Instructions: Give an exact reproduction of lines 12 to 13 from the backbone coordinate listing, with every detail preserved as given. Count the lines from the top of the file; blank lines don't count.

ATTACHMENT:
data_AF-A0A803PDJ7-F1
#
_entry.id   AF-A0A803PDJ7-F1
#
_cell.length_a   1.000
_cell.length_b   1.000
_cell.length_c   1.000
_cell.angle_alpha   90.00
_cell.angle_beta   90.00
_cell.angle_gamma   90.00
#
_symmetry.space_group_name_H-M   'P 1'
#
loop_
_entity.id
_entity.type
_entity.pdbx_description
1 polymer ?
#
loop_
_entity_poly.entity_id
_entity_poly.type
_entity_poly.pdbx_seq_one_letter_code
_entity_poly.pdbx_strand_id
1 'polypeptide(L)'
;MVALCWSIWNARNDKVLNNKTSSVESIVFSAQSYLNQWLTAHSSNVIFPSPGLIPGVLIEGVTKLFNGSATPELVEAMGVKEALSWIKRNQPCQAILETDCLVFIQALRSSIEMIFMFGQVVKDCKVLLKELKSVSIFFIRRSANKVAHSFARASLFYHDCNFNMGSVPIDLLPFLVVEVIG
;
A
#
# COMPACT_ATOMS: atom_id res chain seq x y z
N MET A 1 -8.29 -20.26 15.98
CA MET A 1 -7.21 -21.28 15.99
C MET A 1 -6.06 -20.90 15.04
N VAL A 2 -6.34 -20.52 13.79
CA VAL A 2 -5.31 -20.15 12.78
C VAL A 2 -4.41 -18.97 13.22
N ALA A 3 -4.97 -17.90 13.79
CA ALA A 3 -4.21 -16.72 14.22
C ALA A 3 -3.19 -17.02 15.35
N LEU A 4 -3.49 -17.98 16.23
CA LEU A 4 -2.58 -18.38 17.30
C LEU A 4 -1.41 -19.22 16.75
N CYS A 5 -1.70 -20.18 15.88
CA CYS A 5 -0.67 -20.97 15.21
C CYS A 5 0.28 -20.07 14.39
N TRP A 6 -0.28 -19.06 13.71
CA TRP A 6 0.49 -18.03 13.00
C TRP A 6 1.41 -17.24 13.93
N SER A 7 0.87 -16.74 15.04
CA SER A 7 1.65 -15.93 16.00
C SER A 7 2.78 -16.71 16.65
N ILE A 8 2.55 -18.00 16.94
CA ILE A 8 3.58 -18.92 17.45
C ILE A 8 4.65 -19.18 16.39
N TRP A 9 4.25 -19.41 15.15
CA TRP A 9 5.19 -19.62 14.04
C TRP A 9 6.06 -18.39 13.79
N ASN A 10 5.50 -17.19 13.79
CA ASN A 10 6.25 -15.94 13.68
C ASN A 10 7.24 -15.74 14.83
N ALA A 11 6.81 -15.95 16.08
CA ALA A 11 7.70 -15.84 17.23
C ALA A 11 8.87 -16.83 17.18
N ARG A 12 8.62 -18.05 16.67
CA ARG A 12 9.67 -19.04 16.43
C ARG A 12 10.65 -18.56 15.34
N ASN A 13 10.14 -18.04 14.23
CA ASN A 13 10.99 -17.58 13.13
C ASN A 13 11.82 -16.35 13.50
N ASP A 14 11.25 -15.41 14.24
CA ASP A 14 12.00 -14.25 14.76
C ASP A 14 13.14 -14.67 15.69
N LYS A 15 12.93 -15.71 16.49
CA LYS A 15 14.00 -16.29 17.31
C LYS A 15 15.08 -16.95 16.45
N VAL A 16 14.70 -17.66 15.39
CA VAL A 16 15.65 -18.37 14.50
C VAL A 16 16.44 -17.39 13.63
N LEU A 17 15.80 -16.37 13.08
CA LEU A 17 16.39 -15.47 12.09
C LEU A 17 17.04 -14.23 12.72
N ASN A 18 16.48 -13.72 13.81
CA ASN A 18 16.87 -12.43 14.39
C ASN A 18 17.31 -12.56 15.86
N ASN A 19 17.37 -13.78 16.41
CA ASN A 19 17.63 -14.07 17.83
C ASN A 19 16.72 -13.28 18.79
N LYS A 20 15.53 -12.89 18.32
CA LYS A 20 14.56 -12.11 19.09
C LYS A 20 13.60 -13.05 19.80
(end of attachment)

_symmetry.space_group_name_H-M   'P 1'
#